Every gas or oil lease can reserve different royalties or offer different terms, with co-tenants leasing to one or more lessees, who are then considered to have a leasehold interest. Royalties are the first item to be taken from revenue when it is divided. The project must pay royalty interest, overriding royalty interest, and non-participating royalty interest before working interest owners may split the rest.
Leasehold Interests vs. Other Interests
Beyond leasehold interest, other interests may be owned, leased, or that generate revenue.
- Royalty interest is the right to share royalties on production but no right to lease the mineral interest or receive any lease-granting bonuses. The royalty recipient has no right of possession or use. Sometimes it is called a non-participating royalty interest although, in truth, all royalty interests are non-participating.
- Term mineral interest is granted or reserved for a specific period, usually several years.
- Overriding royalty interest is taken from the working interest. ORI is limited to the term of the lease. Once the lease ends, the ORI ends as well.
As mentioned above, leasehold interest is also known as working interest or operating interest, meaning the owner of the leasehold interest bears all of the cost of exploration and production. However, the leasehold interest only includes a portion of production revenues, whereas royalty interest owners receive production revenue free of production costs.
Leasehold Interest Can Have Multiple Owners
Leasehold, or working, interest can be owned by more than one party. An original lessee may grant shares of the working interest to others who share the cost of drilling and production. Alternatively, if a tract has multiple lessees, they may come together and agree to joint development. However, Texas law only allows for a single operator of a tract, so the company that performs as an operator usually has an operating agreement with the other leasehold interest owners.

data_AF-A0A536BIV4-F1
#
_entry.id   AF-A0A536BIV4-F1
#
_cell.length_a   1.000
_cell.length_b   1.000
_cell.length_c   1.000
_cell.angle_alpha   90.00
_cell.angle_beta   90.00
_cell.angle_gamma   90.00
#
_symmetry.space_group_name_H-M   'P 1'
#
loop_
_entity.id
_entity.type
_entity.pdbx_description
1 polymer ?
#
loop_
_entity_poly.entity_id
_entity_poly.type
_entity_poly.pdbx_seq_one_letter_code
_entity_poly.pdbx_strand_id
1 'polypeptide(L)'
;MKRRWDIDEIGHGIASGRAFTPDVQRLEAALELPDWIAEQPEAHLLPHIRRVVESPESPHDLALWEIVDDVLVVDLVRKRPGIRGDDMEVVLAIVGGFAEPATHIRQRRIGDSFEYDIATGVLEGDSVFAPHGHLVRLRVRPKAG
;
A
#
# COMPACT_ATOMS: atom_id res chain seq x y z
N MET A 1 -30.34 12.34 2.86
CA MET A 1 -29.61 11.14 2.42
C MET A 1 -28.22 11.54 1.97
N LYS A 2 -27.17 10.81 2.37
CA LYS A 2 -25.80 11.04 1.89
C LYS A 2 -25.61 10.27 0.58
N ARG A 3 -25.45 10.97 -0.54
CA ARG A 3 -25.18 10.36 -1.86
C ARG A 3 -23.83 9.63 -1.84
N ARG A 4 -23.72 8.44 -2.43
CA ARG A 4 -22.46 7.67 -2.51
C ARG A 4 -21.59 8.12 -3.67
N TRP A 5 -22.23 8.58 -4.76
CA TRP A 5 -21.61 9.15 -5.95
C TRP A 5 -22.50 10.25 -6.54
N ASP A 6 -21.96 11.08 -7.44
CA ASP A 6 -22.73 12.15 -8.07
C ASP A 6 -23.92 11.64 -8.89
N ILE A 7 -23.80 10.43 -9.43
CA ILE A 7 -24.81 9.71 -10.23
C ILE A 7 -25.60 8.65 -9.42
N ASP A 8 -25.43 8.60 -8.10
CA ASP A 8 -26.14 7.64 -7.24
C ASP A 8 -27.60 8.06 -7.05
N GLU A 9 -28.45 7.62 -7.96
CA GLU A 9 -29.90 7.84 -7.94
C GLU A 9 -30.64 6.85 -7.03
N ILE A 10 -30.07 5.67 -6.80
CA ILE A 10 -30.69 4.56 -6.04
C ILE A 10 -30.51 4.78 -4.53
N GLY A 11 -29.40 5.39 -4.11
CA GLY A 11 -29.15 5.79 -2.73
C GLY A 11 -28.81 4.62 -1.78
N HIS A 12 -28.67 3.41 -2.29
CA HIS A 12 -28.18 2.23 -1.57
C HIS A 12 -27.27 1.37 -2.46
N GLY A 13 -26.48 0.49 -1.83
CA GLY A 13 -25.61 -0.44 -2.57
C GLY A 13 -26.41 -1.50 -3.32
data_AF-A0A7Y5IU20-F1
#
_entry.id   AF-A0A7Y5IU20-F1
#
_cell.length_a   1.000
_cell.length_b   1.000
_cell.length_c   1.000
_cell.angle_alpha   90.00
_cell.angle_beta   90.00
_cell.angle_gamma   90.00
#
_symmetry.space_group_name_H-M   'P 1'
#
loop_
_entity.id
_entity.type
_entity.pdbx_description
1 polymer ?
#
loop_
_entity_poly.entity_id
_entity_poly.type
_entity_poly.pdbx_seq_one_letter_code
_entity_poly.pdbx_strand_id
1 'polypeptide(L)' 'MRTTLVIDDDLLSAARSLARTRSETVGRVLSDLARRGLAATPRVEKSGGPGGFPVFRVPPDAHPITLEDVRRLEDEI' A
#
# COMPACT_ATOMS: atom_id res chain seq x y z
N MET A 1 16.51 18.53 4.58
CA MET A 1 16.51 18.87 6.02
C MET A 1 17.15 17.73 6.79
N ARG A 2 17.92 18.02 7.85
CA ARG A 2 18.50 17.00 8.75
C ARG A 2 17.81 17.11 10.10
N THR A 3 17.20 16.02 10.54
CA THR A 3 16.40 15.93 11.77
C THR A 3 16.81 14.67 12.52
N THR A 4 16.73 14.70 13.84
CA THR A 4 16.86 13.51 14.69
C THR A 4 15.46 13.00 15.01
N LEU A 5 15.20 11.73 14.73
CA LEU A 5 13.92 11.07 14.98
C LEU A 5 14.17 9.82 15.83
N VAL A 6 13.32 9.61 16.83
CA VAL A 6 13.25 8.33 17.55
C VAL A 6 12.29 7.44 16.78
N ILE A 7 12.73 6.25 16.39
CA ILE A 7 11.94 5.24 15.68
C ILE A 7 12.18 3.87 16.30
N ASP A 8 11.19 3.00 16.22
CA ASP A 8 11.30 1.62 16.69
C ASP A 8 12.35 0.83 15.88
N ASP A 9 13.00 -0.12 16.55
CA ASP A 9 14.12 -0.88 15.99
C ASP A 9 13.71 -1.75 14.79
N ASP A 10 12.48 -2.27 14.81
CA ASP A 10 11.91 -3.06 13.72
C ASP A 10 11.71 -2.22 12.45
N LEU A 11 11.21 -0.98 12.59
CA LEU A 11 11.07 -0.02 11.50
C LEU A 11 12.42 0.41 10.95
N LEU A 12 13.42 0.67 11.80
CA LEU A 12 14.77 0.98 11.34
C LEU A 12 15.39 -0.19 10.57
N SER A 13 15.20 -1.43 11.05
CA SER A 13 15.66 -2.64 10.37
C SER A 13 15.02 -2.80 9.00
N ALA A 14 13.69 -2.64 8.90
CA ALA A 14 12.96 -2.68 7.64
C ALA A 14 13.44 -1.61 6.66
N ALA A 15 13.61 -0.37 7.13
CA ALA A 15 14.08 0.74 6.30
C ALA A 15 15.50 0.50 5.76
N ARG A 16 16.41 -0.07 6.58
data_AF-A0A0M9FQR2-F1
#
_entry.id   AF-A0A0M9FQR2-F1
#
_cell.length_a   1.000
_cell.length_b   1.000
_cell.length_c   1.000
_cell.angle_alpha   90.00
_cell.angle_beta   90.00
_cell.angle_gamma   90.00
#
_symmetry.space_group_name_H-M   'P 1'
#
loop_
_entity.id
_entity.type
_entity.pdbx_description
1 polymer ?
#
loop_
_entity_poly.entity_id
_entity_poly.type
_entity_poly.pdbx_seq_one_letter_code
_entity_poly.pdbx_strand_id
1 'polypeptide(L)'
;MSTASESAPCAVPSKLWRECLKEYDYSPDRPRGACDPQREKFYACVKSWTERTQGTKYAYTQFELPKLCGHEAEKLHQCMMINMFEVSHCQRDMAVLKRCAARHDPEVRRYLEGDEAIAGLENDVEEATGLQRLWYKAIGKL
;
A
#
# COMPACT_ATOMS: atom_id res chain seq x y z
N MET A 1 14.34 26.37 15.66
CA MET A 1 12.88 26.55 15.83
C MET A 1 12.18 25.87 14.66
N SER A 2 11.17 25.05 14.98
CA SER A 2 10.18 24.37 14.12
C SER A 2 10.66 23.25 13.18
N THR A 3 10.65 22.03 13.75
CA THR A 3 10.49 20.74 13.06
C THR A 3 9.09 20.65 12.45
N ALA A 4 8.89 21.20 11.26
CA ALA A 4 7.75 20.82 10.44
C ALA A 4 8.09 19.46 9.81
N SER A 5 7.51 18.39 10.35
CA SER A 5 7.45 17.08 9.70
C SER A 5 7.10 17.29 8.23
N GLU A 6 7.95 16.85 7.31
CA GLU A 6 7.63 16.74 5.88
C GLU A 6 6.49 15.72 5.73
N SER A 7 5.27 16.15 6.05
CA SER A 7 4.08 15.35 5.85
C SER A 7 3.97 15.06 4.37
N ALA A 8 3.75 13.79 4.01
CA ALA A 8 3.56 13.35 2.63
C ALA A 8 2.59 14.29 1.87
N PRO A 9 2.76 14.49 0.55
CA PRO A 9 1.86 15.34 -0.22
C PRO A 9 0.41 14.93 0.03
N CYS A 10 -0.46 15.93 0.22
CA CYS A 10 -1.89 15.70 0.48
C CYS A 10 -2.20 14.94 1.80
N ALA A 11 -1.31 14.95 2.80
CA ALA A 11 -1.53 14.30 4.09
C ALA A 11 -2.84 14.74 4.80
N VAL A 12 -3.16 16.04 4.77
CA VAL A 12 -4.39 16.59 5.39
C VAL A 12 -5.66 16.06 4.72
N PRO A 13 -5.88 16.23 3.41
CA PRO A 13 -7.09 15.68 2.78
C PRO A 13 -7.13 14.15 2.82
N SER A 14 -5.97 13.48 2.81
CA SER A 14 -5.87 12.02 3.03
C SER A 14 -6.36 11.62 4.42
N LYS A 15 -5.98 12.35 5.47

Investment and Tax Considerations for Working Interest Owners
Working interests are high-risk investments because all risk and expense for exploration, drilling, and production are shouldered by the working interest owners. Until the operation begins producing, if it produces, an investor receives no return on the working interest share.
Investing in a well that is already producing can reduce some of the risk, but the well could run dry, or other issues can delay or shut down a project, such as environmental or compliance problems. The delay in revenue return under certain circumstances may take months or years. If there is no cap on investment for a working interest, it’s possible to lose more than you contribute.
As far as taxes are concerned, oil and gas investing often provides tax credits and benefits. The government offers tax incentives to encourage investment in drilling for oil and gas, often better than all other investment tax deductions. For example, as an investor, you may be eligible for deducting intangible costs, tangible assets, and depletion.
Leasehold interest is the share of the mineral estate belonging by contract to a lessor. The leasehold interest owner has the responsibility to pay for exploration, drilling, and production. Any revenue from a well must first pay for royalties before the leasehold interest owner receives any money.
Leasehold interest is a high-risk investment, but there are generous tax incentives for those who decide to share in the risk of producing gas or oil. If you are a gas and oil exploration company, you become a leasehold interest owner when you sign a lease on mineral interests.
To determine who has the legal right to sign a lease on a mineral estate, visit CourthouseDirect.com to do all your title searches online, and save yourself a trip to the courthouse.